CAD World vs. Real World: Chassis Flex

On today’s episode of “why we build prototypes”: chassis flex.

In the digital CAD world, all features are exactly as drawn. Their dimensions always perfectly match the specified value. All surfaces mate perfectly. All fasteners are aligned to their holes. All dimensional values are static and never change, regardless of the physical stresses applied on them. Multiple objects are allowed to occupy the same space.

None of these things are true in the real world.

Digitally simulating all the messiness of the real world are hard. There exists software tools for engineers to simulate specific aspects. Interference checking can try to find objects occupying the same space, but it can be deceptive because they rarely take into account all the other factors such as manufacturing tolerance and physical stresses.

Finite element analysis can help understand how objects move in response to physical loads in the real world. It takes some level of expertise to properly set up an analysis, beefy computing resources to run the simulation, and then human expertise again to interpret the results. A badly set up simulation will tell the wrong story, a bad interpretation can do the same, and manufacturing tolerances can throw everything off in unexpected ways.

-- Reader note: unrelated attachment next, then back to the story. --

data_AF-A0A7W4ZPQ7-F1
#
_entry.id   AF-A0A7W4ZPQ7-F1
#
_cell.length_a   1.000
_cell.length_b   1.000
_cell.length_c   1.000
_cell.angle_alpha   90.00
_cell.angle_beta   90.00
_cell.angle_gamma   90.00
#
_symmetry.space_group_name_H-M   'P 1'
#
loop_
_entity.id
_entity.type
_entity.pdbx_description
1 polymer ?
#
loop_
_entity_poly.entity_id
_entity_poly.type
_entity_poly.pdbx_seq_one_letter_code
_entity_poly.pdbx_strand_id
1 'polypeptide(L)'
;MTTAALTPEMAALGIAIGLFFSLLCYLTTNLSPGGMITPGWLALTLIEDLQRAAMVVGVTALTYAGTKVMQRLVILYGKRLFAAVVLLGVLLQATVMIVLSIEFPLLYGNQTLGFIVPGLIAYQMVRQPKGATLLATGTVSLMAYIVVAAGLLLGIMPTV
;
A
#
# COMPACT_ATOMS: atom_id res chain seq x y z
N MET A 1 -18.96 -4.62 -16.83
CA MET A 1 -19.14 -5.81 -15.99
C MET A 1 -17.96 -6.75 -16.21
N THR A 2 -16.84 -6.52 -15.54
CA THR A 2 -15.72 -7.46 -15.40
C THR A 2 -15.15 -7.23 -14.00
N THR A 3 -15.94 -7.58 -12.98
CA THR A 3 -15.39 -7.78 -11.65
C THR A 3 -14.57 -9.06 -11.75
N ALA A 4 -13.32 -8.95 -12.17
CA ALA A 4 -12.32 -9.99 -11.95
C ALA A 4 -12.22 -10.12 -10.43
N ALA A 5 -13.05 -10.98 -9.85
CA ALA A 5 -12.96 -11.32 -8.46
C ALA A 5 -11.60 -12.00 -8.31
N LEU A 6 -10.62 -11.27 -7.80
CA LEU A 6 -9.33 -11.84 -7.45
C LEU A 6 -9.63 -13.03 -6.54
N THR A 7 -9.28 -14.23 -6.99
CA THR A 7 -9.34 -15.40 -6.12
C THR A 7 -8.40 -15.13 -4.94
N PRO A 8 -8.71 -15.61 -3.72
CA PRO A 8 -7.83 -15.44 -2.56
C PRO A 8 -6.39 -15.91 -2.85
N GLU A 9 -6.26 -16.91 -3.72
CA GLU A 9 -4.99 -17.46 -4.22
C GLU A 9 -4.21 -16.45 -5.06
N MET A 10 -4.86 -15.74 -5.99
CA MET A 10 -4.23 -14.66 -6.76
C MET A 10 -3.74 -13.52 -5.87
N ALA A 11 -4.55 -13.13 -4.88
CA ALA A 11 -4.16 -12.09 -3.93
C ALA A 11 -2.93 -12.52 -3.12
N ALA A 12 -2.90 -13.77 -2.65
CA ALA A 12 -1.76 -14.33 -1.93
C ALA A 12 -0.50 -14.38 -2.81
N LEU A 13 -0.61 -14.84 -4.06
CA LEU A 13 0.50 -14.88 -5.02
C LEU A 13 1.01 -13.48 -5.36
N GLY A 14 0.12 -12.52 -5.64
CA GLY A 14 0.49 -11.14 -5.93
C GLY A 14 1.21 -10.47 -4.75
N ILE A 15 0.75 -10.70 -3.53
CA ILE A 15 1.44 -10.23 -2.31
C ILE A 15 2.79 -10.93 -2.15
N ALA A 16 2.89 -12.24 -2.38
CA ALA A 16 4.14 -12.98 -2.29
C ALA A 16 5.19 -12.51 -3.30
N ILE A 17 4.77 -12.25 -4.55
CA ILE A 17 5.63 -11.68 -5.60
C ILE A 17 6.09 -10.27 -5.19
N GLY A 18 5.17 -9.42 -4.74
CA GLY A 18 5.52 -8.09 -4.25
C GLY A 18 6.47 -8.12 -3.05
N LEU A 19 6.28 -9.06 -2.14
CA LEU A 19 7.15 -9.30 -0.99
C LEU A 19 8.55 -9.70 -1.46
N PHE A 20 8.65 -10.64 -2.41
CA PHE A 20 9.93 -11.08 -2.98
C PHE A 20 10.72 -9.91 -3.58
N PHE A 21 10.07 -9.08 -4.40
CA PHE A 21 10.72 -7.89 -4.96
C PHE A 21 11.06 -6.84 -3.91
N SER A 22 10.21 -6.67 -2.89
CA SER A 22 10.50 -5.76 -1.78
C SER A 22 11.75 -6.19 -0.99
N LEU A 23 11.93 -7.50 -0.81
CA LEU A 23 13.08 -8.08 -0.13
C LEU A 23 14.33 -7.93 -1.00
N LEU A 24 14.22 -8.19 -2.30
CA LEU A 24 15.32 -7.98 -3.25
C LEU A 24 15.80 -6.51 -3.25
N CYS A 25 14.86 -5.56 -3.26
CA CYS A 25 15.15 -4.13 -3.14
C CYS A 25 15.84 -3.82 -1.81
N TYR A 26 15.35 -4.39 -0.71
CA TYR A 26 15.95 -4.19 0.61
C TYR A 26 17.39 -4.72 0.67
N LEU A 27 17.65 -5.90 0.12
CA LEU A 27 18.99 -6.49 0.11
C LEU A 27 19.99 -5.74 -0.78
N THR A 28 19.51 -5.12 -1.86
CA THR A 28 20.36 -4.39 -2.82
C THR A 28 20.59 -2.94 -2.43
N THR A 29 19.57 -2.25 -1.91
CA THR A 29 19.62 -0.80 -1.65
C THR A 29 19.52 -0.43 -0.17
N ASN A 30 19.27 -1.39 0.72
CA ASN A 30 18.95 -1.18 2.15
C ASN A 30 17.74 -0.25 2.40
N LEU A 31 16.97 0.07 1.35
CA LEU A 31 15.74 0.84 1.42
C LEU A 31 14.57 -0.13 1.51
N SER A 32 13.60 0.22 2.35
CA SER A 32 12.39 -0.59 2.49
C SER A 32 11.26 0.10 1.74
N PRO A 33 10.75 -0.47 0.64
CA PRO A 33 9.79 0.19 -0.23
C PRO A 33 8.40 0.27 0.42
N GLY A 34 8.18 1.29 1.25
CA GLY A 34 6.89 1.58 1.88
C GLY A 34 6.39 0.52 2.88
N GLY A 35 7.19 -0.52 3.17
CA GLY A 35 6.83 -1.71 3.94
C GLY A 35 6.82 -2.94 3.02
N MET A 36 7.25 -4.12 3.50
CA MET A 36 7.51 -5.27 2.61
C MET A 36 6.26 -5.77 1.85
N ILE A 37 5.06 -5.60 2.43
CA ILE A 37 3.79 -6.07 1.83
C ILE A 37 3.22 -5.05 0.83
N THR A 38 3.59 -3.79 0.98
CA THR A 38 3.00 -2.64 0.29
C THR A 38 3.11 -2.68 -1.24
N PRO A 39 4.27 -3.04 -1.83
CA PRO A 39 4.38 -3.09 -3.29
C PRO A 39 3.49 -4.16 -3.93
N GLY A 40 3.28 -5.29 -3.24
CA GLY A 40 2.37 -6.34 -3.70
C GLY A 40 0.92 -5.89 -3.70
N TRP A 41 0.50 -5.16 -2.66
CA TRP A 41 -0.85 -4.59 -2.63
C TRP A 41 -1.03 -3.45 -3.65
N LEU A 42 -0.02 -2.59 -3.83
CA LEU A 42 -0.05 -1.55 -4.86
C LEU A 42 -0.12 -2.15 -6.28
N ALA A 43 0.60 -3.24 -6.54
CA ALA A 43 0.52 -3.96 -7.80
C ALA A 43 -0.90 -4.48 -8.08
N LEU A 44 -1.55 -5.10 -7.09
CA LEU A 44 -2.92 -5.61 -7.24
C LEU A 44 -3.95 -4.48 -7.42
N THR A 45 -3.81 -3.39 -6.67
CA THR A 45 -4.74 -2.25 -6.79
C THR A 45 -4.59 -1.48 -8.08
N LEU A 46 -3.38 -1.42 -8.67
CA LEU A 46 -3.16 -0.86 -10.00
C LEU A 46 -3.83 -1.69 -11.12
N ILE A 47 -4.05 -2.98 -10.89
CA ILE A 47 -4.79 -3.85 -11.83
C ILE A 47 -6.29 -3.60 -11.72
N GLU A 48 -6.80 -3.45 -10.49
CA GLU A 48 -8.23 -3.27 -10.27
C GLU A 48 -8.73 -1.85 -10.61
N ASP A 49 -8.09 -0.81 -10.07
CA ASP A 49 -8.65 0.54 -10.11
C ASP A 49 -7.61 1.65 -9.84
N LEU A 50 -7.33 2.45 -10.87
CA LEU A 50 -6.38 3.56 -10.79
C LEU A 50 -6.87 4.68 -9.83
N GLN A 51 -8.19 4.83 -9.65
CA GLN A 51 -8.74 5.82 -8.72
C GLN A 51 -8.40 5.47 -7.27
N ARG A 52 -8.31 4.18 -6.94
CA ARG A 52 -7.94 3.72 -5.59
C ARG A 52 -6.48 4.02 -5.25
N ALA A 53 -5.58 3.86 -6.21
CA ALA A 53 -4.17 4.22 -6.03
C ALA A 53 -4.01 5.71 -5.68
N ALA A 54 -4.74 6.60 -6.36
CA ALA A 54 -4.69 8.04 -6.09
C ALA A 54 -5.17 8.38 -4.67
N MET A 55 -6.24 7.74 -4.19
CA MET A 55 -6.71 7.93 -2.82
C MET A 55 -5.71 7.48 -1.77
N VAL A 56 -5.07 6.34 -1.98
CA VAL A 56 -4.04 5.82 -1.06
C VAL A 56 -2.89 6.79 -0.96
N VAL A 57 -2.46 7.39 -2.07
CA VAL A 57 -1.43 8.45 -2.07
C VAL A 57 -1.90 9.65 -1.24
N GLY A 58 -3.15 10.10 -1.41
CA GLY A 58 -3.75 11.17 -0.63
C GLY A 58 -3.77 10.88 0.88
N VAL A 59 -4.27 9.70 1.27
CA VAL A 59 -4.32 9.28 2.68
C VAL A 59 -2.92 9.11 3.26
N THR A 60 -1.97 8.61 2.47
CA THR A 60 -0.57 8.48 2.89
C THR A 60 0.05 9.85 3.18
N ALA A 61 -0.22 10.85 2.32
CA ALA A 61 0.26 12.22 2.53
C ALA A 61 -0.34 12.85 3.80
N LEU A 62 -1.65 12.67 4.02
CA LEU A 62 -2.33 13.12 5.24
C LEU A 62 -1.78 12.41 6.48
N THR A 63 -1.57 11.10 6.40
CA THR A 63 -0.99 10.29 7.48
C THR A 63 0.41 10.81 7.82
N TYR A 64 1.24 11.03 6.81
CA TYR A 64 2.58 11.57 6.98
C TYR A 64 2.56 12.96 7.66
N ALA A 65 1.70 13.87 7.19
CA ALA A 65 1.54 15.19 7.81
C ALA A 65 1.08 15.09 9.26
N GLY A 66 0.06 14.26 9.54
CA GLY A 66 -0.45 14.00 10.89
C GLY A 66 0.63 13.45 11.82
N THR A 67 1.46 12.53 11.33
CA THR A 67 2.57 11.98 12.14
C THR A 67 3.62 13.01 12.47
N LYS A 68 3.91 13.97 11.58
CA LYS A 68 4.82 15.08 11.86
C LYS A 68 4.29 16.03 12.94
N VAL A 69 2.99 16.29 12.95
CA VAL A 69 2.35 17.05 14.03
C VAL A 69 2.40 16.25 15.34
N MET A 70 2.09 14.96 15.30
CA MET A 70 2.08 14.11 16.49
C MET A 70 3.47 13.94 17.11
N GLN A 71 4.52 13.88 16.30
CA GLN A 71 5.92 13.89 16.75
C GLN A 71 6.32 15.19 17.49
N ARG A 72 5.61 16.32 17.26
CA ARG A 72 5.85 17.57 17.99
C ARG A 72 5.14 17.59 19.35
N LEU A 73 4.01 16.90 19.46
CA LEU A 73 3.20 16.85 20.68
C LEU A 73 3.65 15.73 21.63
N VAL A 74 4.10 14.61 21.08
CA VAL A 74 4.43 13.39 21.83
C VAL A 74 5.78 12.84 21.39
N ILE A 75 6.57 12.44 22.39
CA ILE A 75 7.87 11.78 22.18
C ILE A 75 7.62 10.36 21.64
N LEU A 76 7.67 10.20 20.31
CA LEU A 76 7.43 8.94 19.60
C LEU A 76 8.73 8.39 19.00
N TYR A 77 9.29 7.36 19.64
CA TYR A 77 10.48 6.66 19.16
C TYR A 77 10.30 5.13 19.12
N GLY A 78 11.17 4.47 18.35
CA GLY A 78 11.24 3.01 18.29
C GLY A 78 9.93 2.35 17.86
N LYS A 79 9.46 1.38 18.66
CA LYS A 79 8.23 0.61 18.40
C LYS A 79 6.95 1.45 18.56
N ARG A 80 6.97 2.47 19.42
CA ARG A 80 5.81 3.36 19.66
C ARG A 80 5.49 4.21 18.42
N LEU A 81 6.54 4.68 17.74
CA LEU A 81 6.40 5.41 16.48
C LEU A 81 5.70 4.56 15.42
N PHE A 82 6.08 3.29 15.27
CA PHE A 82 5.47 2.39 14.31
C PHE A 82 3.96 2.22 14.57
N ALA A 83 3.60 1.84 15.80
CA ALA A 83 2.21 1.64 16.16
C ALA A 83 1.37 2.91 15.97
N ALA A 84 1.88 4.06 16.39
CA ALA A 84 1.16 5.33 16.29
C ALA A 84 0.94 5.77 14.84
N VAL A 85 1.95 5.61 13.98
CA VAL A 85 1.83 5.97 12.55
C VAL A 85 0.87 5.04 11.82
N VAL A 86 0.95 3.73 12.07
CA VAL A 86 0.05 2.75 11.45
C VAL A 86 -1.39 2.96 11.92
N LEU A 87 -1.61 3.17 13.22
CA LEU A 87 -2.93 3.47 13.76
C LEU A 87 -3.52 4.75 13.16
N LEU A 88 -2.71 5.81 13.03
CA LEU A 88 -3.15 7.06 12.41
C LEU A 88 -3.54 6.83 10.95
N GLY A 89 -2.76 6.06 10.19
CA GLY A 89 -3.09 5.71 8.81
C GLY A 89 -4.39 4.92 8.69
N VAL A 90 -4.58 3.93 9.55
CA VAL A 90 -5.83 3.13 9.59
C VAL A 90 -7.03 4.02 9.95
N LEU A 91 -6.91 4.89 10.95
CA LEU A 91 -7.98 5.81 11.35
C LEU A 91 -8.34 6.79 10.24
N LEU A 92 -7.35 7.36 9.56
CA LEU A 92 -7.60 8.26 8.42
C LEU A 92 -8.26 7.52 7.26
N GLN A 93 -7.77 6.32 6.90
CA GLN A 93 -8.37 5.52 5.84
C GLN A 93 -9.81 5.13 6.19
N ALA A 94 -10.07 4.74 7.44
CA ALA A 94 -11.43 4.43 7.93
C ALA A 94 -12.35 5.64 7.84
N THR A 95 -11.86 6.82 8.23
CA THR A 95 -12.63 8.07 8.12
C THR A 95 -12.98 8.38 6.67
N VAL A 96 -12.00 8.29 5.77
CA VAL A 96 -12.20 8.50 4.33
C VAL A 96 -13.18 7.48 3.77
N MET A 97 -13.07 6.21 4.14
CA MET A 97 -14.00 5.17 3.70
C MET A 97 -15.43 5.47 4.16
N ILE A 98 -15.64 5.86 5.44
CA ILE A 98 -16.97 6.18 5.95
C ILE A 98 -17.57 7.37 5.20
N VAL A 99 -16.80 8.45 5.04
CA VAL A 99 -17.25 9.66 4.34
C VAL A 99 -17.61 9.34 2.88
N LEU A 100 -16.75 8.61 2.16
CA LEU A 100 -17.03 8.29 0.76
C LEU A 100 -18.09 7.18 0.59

For a hobbyist project that is quick to build and failure is cheap, it is faster and easier to find out how things act in the real world by just building it in the real world. Hence the construction of Luggable PC Mark II Revision B. Seeing everything in the physical world highlighted some problems. Most of them are trivial, but one stood out.

The Lenovo monitor is attached in the lower back, using a metal plate I pulled from the original display stand. The plate goes to a 3D-printed spacer, which attached to aluminum extrusion bars, which attach to another 3D printed part, before it is attached to the bottom of the aluminum frame. All those less-than-perfect joints add up to a clearly visible problem. The monitor is supposed to sit within the aluminum extrusion frame, but when all the little errors accumulated, the top edge of the monitor does not sit in the frame like it did in CAD, it actually juts out over 20 mm from the frame.

Next: how to help the top of the frame and the top of the monitor stay together.

 

Screen frame separation

 

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